SUSANVILLE, Calif. – The Bureau of Land Management’s Eagle Lake Field Office is accepting public input on management needs re: off-highway vehicle recreation on public lands.
      Staff at the field office will use public comments or suggestions submitted by Friday, Feb. 21, to develop a preliminary grant application to the California State Parks, Off-Highway Motor Vehicle Recreation Division.

      MARCH 6
      DOI-BLM-WO-WO2000-2019-0001-EIS
      Comments due March 6th.
      Important grazing regulations. Public scoping comments requested.
      Grazing regulations changes for ALL western states. The BLM grazing regulations (43 CFR part 4100) govern all public lands, excluding Alaska, that have been identified as suitable for livestock grazing. These lands presently include approximately 155 million acres in the western United States.
      Attn: Seth Flanigan
      3948 South Development Avenue
      Boise, Idaho 83705
      Submit online: https://go.usa.gov/xyMqb or blm_wo_grazing_email@blm.gov

      MARCH 10
      NEPA RULING
      CEQ requests public comment on the NPRM. Comments should be submitted on or before March 10, 2020.
      https://ceq.doe.gov/laws-regulations/regulations.html
      Re: Public Comment to Docket ID No. CEQ-2019-0003
      National Environmental Policy Act Council on Environmental Quality (CEQ)
      The proposed limitations on NEPA are absolutely unacceptable. These new rules must not be allowed to go into effect. The permanent damage caused to an already frail and declining environment by these proposed rules will affect generations of humans around the world.
      NEPA and its implementing regulations have successfully promoted meaningful local involvement, sustainable development, and deliberate federal decision-making for decades. The US government should be greatly increasing its efforts to monitor and protect the environment, not discourage review and continue its degradation, which will hugely negatively impact future generations of Americans.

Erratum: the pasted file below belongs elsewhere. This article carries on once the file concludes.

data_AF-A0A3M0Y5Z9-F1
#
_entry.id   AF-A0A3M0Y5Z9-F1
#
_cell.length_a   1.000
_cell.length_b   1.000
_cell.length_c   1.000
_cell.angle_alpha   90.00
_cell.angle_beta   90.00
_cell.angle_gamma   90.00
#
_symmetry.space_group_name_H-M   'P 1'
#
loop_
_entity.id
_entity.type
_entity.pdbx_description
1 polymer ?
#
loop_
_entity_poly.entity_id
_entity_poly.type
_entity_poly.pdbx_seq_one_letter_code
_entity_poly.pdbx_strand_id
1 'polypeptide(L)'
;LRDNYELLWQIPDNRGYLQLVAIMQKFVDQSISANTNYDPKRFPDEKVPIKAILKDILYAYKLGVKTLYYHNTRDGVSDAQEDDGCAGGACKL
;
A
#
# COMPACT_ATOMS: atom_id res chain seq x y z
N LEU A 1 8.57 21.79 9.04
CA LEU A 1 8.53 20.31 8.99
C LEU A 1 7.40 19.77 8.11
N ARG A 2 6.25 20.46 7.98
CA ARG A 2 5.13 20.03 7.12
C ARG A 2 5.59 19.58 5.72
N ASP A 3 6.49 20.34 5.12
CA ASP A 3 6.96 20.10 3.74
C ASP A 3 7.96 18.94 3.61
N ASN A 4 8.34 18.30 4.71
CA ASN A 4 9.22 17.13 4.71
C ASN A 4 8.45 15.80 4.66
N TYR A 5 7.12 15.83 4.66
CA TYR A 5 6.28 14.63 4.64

APRIL 30
      Due April 30
      Wyoming wild horse HMAs
      RMP revision:
      https://eplanning.blm.gov/epl-front-office/eplanning/planAndProjectSite.do?methodName=dispatchToPatternPage&currentPageId=23512

      Like

      • THANKS GRANDMA GREGG!

        I came across this one today, not specific to wild horses and burros but might affect some of the HMAs, especially if ATV access is increased in some areas:

        https://www.blm.gov/press-release/bureau-land-management-seeks-help-increasing-access-public-lands

        The public nomination period to identify parcels for inclusion on the BLM’s priority list will open on January 31, 2020, and will close on Saturday, February 29, 2020. Subsequent updates on BLM’s efforts will be published prior to the release of future priority lists in order to seek additional information and suggestions from the public.

        Like

Care to make a comment?

Fill in your details below or click an icon to log in:

WordPress.com Logo

You are commenting using your WordPress.com account. Log Out /  Change )

Google photo

You are commenting using your Google account. Log Out /  Change )

Twitter picture

You are commenting using your Twitter account. Log Out /  Change )

Facebook photo

You are commenting using your Facebook account. Log Out /  Change )

Connecting to %s

This site uses Akismet to reduce spam. Learn how your comment data is processed.